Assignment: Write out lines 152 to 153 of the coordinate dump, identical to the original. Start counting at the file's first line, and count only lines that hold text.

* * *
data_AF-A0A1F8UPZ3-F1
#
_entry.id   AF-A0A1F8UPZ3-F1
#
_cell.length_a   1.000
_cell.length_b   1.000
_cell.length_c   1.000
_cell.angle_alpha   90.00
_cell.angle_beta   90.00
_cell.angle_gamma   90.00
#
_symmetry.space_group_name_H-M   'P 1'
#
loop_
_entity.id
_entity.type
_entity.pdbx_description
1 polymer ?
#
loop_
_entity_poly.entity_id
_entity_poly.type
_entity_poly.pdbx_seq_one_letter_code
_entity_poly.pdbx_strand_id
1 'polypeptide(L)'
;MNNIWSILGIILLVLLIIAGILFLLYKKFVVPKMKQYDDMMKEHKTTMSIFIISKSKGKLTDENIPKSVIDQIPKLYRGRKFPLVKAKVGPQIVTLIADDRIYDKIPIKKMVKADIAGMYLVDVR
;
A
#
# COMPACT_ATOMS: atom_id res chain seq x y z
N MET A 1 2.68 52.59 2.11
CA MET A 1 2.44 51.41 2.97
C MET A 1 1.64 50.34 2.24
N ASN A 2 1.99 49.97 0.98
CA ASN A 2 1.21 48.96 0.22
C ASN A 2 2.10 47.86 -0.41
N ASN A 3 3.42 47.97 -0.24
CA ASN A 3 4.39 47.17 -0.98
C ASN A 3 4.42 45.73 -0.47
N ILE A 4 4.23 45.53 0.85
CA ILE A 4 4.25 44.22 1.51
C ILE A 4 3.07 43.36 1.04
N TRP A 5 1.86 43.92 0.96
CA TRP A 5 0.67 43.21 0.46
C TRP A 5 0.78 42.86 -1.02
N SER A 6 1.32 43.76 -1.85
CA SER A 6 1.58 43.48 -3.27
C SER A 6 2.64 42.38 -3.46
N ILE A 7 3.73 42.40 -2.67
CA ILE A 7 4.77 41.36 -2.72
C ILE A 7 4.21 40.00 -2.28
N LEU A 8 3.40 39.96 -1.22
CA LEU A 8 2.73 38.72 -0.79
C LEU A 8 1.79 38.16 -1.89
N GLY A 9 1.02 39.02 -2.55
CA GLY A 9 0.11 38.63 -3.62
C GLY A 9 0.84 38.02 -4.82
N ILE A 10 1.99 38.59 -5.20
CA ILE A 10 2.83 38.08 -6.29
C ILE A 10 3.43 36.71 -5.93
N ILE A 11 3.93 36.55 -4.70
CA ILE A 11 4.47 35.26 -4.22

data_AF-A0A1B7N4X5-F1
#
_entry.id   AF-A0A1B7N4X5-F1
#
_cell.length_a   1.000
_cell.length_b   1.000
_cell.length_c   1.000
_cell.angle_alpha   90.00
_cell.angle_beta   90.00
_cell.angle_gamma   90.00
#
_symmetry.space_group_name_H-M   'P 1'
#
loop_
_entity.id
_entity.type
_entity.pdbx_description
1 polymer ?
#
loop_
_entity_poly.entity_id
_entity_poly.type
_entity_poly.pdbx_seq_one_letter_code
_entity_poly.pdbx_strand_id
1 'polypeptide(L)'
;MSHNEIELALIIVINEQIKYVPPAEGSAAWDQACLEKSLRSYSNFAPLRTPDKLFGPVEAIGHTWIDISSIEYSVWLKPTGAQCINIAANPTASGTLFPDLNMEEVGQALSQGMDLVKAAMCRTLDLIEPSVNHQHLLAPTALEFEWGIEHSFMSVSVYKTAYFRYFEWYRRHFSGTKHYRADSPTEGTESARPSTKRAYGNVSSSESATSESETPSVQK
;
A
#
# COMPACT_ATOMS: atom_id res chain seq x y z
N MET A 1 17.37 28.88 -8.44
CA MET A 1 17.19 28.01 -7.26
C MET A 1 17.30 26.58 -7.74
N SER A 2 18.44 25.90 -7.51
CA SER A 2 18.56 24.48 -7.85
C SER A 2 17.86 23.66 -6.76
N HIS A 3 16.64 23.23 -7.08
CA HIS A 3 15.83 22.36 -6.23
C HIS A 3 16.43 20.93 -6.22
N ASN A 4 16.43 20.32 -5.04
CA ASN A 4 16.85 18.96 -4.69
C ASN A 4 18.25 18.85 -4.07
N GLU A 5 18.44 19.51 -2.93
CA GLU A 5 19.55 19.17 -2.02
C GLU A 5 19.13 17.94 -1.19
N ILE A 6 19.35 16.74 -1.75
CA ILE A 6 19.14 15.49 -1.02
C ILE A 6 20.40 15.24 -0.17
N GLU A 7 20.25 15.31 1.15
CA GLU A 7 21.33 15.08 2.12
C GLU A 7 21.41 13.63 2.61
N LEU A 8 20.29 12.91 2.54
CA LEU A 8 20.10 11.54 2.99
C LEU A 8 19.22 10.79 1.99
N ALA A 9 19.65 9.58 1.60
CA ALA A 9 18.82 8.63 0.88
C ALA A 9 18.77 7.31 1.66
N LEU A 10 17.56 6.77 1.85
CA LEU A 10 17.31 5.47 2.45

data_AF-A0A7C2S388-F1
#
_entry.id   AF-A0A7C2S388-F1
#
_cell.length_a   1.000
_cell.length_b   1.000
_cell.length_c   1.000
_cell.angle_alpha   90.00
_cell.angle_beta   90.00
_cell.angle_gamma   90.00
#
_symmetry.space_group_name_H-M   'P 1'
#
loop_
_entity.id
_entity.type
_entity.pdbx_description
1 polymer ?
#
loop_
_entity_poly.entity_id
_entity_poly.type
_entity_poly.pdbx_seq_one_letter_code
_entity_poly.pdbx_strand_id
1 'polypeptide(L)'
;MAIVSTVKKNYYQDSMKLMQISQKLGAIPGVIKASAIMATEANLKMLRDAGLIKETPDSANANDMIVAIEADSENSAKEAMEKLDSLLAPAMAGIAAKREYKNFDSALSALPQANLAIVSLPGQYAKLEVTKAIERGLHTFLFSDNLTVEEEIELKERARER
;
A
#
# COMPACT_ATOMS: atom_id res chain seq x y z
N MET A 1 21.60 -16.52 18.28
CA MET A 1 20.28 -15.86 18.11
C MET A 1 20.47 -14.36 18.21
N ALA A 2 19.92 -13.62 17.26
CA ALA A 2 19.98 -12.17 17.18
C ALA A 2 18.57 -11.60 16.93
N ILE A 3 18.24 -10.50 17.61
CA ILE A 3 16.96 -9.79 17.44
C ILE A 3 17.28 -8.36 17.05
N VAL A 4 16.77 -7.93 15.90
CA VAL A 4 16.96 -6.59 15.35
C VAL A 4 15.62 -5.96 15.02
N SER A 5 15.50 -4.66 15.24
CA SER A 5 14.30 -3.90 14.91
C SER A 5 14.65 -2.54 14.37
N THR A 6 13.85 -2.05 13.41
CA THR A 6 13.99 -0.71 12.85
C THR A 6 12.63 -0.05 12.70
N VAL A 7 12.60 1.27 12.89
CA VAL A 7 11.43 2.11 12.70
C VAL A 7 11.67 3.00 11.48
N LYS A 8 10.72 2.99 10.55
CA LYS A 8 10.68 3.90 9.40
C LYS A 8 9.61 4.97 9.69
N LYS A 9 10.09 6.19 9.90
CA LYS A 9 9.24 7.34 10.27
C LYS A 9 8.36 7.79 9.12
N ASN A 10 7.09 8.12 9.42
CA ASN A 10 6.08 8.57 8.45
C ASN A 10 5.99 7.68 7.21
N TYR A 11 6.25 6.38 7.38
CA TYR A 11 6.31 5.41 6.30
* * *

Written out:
N MET A 1 21.60 -16.52 18.28
CA MET A 1 20.28 -15.86 18.11